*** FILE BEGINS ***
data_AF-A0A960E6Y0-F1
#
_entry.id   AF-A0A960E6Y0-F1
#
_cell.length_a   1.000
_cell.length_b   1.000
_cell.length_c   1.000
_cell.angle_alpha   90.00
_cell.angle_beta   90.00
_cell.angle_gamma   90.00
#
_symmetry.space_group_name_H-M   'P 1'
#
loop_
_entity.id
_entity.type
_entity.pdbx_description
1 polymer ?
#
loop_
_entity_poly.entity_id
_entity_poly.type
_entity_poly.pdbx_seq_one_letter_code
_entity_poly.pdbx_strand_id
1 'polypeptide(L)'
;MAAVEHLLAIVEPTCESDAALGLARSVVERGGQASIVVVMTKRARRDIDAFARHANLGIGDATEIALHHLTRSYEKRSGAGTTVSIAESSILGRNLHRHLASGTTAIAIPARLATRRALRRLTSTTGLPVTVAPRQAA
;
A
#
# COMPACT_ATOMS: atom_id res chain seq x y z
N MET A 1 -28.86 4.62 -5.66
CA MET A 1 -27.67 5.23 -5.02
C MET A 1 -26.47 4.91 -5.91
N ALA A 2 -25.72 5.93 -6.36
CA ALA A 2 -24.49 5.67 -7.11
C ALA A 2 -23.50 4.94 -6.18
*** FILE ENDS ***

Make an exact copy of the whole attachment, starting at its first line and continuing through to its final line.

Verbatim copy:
data_AF-A0A960E6Y0-F1
#
_entry.id   AF-A0A960E6Y0-F1
#
_cell.length_a   1.000
_cell.length_b   1.000
_cell.length_c   1.000
_cell.angle_alpha   90.00
_cell.angle_beta   90.00
_cell.angle_gamma   90.00
#
_symmetry.space_group_name_H-M   'P 1'
#
loop_
_entity.id
_entity.type
_entity.pdbx_description
1 polymer ?
#
loop_
_entity_poly.entity_id
_entity_poly.type
_entity_poly.pdbx_seq_one_letter_code
_entity_poly.pdbx_strand_id
1 'polypeptide(L)'
;MAAVEHLLAIVEPTCESDAALGLARSVVERGGQASIVVVMTKRARRDIDAFARHANLGIGDATEIALHHLTRSYEKRSGAGTTVSIAESSILGRNLHRHLASGTTAIAIPARLATRRALRRLTSTTGLPVTVAPRQAA
;
A
#
# COMPACT_ATOMS: atom_id res chain seq x y z
N MET A 1 -28.86 4.62 -5.66
CA MET A 1 -27.67 5.23 -5.02
C MET A 1 -26.47 4.91 -5.91
N ALA A 2 -25.72 5.93 -6.36
CA ALA A 2 -24.49 5.67 -7.11
C ALA A 2 -23.50 4.94 -6.18